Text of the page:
This webinar will focus on the needs of children who have a parent who is incarcerated. The presenters will concentrate on how schools and school personnel can support the child, his/her caregiver, and parent in a positive manner.
U.S. jails are experiencing a crisis in managing and treating inmates with mental illness. This seminar will discuss the legal requirements regarding the "Duty to Protect," as well as the key protocols every jail should have in place, to include screening tools, heightened watch protocols, housing, and programming considerations.
Sponsored by the National Criminal Justice Association (NCJA) and the International Community Corrections Association (ICCA), the 2019 Forum on Criminal Justice will showcase programs, research, and policies that will help justice practitioners, researchers, and decisionmakers address pressing public safety issues.
The Social Security Administration disability benefit programs – Supplemental Security Income (SSI) and Social Security Disability Insurance (SSDI) – can provide income and health insurance benefits to support healthy return to communities for previously incarcerated individuals who are experiencing or at risk of homelessness and have a serious mental illness, medical impairment, and/or a co-occurring substance use disorder. SSI/SSDI Outreach, Access, and Recovery (SOAR) is a model that can help.
The use of force is one of the leading areas of litigation in corrections. Understanding and articulating the legal requirements is critical in determining whether the force was objectively reasonable (pretrial inmates) or was applied in a good faith effort to maintain and restore order (convicted inmates). This webinar will review the leading Supreme Court decisions in the area of use of force, focusing on the report writing instrument used by both the deputy involved in the force and also as a tool in reviewing the use of force regardless of the inmate’s status.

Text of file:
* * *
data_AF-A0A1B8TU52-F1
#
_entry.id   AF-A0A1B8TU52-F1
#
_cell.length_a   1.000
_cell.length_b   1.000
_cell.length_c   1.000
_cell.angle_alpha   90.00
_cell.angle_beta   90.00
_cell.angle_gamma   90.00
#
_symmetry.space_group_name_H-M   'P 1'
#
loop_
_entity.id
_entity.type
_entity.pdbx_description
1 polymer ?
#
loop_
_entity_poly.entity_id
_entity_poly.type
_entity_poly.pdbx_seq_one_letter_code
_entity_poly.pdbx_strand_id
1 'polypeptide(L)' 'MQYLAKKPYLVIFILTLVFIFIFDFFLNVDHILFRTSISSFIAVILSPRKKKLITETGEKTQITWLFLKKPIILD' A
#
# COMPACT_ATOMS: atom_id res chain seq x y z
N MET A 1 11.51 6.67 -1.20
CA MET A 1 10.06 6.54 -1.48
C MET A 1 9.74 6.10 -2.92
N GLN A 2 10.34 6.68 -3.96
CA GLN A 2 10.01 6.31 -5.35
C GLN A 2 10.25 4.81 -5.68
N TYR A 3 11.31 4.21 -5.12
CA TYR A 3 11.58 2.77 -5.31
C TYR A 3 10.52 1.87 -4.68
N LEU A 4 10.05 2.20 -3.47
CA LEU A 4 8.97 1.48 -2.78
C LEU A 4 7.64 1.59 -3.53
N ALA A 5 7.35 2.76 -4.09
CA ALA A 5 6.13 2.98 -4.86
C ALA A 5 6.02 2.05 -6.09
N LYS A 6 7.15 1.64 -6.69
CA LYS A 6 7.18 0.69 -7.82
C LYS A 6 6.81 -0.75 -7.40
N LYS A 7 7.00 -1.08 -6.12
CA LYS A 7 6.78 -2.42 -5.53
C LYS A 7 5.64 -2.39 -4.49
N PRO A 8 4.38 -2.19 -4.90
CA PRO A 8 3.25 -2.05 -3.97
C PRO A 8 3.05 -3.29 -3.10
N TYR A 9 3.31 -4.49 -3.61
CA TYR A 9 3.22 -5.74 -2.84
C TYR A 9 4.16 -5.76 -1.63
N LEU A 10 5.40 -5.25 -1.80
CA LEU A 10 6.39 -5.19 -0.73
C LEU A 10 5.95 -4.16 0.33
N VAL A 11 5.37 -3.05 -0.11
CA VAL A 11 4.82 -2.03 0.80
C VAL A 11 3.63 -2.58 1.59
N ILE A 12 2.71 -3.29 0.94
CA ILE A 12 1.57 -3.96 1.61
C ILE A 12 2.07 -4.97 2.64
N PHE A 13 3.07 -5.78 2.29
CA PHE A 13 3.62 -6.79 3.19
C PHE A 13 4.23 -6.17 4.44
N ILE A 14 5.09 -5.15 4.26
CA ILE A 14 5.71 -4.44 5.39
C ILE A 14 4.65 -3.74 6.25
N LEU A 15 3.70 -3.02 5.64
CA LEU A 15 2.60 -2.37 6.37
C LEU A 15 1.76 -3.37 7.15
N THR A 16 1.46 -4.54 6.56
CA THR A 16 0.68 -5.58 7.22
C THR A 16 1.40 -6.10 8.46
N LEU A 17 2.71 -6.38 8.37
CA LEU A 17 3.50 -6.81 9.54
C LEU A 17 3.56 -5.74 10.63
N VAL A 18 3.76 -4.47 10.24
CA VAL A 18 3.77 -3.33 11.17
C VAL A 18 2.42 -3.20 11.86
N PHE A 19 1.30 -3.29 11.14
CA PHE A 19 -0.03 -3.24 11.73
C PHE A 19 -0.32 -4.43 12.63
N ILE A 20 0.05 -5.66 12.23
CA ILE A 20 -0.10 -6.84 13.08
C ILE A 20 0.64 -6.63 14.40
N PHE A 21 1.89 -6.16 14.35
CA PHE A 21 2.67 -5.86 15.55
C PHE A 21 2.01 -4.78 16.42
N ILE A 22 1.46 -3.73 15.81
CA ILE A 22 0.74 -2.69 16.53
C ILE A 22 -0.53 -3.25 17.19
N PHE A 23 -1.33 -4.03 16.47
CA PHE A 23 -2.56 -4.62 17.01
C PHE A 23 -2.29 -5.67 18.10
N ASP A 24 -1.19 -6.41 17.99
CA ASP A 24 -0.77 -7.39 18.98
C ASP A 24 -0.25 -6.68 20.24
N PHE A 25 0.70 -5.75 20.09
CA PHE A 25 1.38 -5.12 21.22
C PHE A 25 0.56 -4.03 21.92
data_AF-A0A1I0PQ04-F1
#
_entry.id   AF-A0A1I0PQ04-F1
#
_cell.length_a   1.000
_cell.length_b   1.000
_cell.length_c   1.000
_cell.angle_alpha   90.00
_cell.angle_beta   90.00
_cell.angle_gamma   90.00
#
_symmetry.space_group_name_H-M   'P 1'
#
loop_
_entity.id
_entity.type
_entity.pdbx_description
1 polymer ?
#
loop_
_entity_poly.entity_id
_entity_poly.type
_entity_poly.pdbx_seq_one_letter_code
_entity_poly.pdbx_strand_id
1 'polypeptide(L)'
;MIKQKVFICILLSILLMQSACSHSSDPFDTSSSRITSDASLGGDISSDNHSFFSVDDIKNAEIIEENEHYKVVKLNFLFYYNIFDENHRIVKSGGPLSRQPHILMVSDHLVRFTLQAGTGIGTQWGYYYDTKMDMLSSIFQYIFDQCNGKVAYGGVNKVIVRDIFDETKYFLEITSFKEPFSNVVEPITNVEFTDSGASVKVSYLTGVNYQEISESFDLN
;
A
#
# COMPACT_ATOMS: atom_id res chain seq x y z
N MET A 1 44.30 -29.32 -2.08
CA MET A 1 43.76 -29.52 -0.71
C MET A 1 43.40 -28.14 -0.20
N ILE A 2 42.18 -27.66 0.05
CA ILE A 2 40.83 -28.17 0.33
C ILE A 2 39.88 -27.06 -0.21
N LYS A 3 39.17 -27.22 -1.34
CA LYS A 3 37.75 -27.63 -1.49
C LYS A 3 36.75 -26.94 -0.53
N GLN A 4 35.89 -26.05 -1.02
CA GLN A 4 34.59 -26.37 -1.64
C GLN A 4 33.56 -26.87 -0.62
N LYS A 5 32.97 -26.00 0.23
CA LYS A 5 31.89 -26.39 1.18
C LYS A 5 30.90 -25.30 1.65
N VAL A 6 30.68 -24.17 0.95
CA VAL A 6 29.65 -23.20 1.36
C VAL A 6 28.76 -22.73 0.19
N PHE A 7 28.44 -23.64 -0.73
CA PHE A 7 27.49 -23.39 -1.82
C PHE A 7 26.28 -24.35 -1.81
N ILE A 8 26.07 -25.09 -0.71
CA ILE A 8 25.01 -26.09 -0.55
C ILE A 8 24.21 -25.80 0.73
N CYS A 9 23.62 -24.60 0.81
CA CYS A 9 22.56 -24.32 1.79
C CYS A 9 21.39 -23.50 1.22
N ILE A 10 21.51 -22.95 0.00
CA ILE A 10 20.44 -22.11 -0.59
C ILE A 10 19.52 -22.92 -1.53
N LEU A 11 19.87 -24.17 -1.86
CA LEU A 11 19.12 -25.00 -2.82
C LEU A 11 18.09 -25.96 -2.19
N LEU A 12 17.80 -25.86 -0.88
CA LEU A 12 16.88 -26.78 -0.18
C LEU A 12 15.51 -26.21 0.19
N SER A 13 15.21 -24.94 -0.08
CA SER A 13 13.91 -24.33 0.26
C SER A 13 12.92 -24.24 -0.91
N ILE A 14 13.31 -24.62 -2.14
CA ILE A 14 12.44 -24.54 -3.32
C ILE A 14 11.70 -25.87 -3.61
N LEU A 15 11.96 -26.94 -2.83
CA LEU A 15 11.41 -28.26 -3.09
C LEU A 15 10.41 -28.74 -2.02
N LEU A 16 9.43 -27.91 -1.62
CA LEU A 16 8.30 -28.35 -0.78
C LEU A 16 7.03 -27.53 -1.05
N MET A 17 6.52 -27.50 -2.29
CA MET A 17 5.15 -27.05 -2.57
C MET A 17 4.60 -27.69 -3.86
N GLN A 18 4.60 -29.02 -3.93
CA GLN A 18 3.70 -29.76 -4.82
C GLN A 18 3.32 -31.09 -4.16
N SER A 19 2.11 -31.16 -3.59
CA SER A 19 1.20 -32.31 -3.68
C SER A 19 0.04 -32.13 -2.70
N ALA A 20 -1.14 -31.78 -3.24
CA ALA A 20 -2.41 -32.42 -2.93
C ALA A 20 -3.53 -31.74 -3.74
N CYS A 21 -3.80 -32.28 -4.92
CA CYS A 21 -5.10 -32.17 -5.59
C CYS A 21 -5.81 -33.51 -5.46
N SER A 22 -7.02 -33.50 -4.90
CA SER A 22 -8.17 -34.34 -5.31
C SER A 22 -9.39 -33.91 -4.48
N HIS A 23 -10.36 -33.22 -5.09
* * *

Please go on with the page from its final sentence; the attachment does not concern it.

Individuals exiting prisons and jails have an increased likelihood of opioid overdose. Some corrections systems have chosen to address this risk through the use of reentry programs that incorporate medication-assisted treatment (MAT). While a range of Comprehensive Opioid Abuse Program site-based projects are tackling the opioid epidemic by focusing on the front end of the criminal justice system (for example, through the roles of first responders), several teams are focusing on improving jail- and prison-related strategies.
I believe I would be a strong asset as a BJA NTTAC Provider for training and technical assistance to law enforcement agencies in crime analysis. I have many years of experience working both as part of teams of consultants in conducting systems assessments, formulating recommendations, and providing technical assistance to criminal justice agencies; importantly, I also excel in the field of crime analysis. Notably, I am one of a small number of individuals who have received the distinction of Certified Law Enforcement Analyst from the International Association of Crime Analysts.
Although crime control policy and program development processes are increasingly being informed by scientific evidence, identifying and adopting what works is only part of what’s needed to realize positive outcomes. Evidence-based programs and practices (EBPs) still have to be implemented with fidelity and integrity in order to be successful. Unfortunately, implementation is not an easy task. Implementation science, however, can help practitioners tackle implementation challenges so the promise of EBPs can be more fully realized.
The Center for Applied Insight Conflict Resolution (CAICR) empowers strategic problem solving through curiosity. We use an Insight Conflict Resolution based method of curious questioning to elicit and illuminate the unique factors driving organizational and professional challenges that seem impossible to overcome. We teach organizations and professionals how to incorporate targeted curiosity into field-based skillsets to build capacity, enhance performance and elevate impact.
Attend a webinar hosted by the National Reentry Resource Center, with funding support from the U.S. Department of Justice’s Bureau of Justice Assistance.